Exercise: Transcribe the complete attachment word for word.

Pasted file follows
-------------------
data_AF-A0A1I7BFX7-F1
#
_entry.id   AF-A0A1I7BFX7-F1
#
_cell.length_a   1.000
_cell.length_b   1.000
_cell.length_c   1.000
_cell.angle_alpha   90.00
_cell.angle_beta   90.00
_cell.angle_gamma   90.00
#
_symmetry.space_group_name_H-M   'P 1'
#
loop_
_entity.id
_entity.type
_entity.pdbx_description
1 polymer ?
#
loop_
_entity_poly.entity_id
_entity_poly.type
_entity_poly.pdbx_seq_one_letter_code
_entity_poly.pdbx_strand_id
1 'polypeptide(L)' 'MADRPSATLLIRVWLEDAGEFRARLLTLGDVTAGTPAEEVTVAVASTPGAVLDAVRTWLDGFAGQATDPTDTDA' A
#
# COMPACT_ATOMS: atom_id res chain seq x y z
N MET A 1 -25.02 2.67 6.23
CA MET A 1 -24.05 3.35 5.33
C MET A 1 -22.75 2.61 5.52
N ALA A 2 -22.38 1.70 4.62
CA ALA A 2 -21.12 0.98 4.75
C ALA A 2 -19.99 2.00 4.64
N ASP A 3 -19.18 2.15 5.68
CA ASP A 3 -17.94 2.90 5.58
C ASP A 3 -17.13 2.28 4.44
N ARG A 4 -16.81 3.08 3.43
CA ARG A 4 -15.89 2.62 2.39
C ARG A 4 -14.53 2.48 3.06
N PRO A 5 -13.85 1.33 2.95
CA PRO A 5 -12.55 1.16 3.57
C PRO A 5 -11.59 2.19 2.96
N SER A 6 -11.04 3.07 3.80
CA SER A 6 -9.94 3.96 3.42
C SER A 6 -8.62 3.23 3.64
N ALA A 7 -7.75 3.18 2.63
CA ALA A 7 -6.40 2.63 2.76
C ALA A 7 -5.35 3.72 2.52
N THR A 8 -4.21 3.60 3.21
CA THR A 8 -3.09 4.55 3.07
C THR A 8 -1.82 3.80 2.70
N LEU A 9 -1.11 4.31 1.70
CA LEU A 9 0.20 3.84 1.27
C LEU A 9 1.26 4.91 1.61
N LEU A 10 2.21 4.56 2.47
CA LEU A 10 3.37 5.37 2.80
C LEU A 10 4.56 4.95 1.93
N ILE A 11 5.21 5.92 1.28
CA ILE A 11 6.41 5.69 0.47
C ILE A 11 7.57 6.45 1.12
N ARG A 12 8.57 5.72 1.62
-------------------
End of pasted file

data_AF-A0A1I7BFX7-F1
#
_entry.id   AF-A0A1I7BFX7-F1
#
_cell.length_a   1.000
_cell.length_b   1.000
_cell.length_c   1.000
_cell.angle_alpha   90.00
_cell.angle_beta   90.00
_cell.angle_gamma   90.00
#
_symmetry.space_group_name_H-M   'P 1'
#
loop_
_entity.id
_entity.type
_entity.pdbx_description
1 polymer ?
#
loop_
_entity_poly.entity_id
_entity_poly.type
_entity_poly.pdbx_seq_one_letter_code
_entity_poly.pdbx_strand_id
1 'polypeptide(L)' 'MADRPSATLLIRVWLEDAGEFRARLLTLGDVTAGTPAEEVTVAVASTPGAVLDAVRTWLDGFAGQATDPTDTDA' A
#
# COMPACT_ATOMS: atom_id res chain seq x y z
N MET A 1 -25.02 2.67 6.23
CA MET A 1 -24.05 3.35 5.33
C MET A 1 -22.75 2.61 5.52
N ALA A 2 -22.38 1.70 4.62
CA ALA A 2 -21.12 0.98 4.75
C ALA A 2 -19.99 2.00 4.64
N ASP A 3 -19.18 2.15 5.68
CA ASP A 3 -17.94 2.90 5.58
C ASP A 3 -17.13 2.28 4.44
N ARG A 4 -16.81 3.08 3.43
CA ARG A 4 -15.89 2.62 2.39
C ARG A 4 -14.53 2.48 3.06
N PRO A 5 -13.85 1.33 2.95
CA PRO A 5 -12.55 1.16 3.57
C PRO A 5 -11.59 2.19 2.96
N SER A 6 -11.04 3.07 3.80
CA SER A 6 -9.94 3.96 3.42
C SER A 6 -8.62 3.23 3.64
N ALA A 7 -7.75 3.18 2.63
CA ALA A 7 -6.40 2.63 2.76
C ALA A 7 -5.35 3.72 2.52
N THR A 8 -4.21 3.60 3.21
CA THR A 8 -3.09 4.55 3.07
C THR A 8 -1.82 3.80 2.70
N LEU A 9 -1.11 4.31 1.70
CA LEU A 9 0.20 3.84 1.27
C LEU A 9 1.26 4.91 1.61
N LEU A 10 2.21 4.56 2.47
CA LEU A 10 3.37 5.37 2.80
C LEU A 10 4.56 4.95 1.93
N ILE A 11 5.21 5.92 1.28
CA ILE A 11 6.41 5.69 0.47
C ILE A 11 7.57 6.45 1.12
N ARG A 12 8.57 5.72 1.62